And every day I repeated the same six words: I can’t believe this is happening! It became like a mantra for me.

Finally, some friends to whom we had been describing this mysterious behavior suggested that we try speaking with an “animal communicator”, and though we had never heard of such a profession before, we immediately set up an appointment. When the day came, we said nothing about my mother or ourselves, not wanting to influence her perception of what was going on.

She listened closely, then asked us to wait while she “connected” with the bird. A moment later, she exclaimed, “Why, yes, I can feel how strongly this bird is drawn to you. How strange!”

She paused, then continued with surprise in her voice, “But wait, I’m sensing another presence here too – a human presence! I’ve never dealt with humans, but this presence is saying that she’s your mother! Could that be true?

Astounded, I said, “Well, yes, I guess it could. My gosh, I can hardly believe this is happening. But can you tell me this: why is the bird still coming after all this time? I don’t want the poor thing to get totally exhausted and not be able to live its own natural life.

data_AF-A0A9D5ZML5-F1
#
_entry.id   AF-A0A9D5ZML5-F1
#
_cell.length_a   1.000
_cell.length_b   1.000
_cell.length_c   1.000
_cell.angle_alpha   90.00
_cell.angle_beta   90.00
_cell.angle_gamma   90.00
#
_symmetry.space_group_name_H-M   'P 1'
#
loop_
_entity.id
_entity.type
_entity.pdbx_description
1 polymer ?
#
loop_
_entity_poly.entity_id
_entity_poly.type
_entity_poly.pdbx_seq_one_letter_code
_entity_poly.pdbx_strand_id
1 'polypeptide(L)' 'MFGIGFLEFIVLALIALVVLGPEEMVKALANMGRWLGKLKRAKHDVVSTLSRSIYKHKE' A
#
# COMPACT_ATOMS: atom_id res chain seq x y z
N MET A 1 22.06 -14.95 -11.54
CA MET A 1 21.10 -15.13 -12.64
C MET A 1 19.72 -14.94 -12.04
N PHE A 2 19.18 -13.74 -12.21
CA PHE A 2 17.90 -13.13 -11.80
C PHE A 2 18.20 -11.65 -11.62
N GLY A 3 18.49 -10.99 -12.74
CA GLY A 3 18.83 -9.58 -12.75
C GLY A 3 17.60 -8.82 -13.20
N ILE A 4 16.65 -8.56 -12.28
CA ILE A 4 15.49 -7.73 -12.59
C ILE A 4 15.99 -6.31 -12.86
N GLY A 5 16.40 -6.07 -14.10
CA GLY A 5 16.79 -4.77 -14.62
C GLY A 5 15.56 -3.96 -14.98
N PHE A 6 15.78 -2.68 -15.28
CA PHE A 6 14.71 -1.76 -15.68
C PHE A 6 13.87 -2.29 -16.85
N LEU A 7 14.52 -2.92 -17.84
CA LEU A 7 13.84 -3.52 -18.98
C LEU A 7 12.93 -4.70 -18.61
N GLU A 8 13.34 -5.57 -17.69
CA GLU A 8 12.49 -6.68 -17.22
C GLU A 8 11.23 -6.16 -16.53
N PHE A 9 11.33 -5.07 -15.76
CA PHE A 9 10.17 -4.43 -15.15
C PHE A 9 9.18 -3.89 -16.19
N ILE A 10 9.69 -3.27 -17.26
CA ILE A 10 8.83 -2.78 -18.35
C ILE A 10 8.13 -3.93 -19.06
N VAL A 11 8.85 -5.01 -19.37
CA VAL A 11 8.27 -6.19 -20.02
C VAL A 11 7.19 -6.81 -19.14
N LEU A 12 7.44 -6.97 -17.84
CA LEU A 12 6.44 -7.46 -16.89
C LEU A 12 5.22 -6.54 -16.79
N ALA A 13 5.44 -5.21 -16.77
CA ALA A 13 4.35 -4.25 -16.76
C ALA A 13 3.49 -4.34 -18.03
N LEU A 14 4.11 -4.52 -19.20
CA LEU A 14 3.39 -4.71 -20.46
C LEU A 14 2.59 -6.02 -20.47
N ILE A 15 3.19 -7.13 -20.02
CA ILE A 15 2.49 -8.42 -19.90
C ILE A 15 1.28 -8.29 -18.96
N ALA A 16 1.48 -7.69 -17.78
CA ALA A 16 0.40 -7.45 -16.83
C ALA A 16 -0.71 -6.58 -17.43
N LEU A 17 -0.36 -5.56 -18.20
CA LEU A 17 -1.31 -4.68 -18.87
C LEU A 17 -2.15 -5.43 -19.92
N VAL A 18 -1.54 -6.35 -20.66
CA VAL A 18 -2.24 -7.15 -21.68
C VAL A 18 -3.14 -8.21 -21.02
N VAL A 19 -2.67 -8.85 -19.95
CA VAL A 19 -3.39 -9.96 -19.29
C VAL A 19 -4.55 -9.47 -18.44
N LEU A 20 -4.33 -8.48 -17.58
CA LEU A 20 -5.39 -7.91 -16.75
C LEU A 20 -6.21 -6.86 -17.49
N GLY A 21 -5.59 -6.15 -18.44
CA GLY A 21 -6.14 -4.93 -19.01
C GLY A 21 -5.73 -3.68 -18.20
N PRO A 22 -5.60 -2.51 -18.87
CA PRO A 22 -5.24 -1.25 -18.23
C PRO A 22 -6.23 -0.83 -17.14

The answer the animal communicator got was immediate: “What you just said is exactly the issue. The reason the bird is still coming to you is because you haven’t fully believed what is happening!

Suddenly, I was flooded with an overwhelming sense of my mother’s love. My heart opened wide in response, and all my stubborn doubts melted away. I was finally able to take in her amazing gift of reaching out to me from another dimension to let me know that all was well with her. Tears of joy ran down my cheeks, and inwardly I heard myself saying, “Thank you Mom, thank you! I love you!”

The next day, I awoke just as dawn was breaking and found myself automatically listening for the familiar tapping, but alas, it didn’t come. Sadly, but rightly, the little bird never returned. It’s mission had been accomplished.